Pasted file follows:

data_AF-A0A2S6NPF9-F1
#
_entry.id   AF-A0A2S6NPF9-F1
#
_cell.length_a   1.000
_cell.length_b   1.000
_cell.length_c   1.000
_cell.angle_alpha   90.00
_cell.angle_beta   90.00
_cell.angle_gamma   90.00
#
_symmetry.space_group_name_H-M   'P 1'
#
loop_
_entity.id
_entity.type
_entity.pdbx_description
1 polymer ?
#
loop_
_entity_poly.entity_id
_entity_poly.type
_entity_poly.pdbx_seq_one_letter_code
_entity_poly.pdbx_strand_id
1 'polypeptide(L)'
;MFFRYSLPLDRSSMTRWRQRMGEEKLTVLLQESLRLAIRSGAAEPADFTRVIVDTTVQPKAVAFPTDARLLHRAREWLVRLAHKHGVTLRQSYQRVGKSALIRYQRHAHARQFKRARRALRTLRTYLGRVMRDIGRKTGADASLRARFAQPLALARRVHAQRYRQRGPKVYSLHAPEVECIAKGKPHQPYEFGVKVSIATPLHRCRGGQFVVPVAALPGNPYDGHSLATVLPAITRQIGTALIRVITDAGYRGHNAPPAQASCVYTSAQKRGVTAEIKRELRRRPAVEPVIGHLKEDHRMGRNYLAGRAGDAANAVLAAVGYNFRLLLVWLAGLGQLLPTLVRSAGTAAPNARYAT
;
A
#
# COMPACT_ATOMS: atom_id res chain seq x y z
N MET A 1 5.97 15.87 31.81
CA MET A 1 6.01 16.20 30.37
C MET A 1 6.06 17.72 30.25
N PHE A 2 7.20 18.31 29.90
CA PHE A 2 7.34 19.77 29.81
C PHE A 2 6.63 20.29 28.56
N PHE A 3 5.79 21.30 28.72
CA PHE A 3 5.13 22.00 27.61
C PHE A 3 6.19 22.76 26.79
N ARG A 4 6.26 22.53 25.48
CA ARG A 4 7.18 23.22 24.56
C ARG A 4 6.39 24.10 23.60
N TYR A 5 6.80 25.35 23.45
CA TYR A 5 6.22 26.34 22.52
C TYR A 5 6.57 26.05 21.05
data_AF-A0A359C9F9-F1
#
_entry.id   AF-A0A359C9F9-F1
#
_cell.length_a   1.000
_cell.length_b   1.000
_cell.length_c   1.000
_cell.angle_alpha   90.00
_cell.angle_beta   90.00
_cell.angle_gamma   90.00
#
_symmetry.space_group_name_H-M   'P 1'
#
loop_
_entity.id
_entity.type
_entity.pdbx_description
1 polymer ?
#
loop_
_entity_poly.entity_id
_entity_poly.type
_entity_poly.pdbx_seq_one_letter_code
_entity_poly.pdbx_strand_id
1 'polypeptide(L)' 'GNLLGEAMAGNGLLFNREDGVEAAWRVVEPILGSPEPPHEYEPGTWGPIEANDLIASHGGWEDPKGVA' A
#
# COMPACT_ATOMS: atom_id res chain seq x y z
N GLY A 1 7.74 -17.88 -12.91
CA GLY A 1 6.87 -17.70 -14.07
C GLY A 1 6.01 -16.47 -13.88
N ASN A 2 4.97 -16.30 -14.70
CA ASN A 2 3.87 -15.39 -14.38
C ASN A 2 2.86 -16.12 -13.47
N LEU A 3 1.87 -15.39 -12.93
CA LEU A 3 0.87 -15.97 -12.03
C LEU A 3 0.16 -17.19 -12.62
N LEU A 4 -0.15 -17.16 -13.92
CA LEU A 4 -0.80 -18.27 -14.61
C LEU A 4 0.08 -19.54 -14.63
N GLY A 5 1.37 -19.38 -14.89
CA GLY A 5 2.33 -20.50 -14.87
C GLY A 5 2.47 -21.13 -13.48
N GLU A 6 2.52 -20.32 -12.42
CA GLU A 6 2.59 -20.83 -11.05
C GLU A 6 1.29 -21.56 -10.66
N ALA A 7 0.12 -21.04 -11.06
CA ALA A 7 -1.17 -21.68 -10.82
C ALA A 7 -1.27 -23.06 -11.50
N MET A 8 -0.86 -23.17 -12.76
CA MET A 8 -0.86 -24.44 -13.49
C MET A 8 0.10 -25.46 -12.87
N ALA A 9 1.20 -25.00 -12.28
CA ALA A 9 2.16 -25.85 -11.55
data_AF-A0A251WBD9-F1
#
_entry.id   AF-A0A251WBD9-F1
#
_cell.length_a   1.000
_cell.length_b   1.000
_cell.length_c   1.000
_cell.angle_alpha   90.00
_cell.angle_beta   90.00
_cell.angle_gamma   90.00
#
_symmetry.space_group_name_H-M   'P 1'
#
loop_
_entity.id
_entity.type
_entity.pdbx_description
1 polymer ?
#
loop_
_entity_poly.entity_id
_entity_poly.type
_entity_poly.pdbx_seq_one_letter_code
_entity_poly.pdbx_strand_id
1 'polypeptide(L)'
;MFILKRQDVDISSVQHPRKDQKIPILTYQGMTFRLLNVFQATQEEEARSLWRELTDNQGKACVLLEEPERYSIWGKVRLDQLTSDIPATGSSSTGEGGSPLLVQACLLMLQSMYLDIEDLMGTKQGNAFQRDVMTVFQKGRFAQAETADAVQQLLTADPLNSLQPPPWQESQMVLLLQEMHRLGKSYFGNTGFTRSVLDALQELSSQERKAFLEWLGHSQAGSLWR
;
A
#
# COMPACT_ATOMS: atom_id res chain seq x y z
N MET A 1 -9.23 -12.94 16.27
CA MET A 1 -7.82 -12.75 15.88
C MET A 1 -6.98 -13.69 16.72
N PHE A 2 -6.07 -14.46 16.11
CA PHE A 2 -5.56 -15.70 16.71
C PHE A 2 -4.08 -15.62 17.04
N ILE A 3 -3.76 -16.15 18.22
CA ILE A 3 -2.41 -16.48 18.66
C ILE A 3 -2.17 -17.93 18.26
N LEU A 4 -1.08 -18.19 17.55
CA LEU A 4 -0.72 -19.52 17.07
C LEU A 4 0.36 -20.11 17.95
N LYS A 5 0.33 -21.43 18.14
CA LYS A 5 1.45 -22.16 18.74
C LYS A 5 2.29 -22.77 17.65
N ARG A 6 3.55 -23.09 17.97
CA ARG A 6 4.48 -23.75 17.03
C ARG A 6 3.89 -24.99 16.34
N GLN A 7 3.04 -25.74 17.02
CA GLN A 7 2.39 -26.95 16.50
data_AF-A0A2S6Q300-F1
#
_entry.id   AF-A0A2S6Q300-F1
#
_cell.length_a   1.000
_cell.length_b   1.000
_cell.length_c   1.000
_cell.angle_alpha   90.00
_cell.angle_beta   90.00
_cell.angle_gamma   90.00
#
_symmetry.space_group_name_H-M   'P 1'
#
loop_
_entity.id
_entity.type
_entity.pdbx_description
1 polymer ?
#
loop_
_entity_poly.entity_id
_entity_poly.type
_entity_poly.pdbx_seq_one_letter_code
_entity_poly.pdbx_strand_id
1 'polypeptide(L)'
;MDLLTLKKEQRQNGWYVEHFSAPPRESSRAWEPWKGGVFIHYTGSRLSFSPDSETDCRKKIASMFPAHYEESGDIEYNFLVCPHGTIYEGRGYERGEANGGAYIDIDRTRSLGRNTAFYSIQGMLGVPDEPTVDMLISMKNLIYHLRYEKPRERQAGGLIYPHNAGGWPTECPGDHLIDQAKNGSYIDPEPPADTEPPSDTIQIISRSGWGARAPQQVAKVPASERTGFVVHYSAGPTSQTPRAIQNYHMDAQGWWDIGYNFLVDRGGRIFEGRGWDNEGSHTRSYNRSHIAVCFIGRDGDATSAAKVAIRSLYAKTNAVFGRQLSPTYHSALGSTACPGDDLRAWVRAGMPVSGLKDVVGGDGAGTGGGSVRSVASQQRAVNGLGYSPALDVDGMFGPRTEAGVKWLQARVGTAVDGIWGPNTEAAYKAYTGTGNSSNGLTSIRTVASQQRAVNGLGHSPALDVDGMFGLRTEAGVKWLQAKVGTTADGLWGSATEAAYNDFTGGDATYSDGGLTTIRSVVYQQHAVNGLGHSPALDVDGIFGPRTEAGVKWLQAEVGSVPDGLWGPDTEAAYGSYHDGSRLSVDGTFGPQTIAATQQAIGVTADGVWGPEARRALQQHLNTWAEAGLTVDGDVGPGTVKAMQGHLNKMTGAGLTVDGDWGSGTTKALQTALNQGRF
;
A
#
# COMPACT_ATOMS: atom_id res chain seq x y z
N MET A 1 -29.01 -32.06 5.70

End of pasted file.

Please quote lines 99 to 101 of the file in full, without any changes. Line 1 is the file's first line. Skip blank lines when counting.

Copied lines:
data_AF-A0A251WBD9-F1
#
_entry.id   AF-A0A251WBD9-F1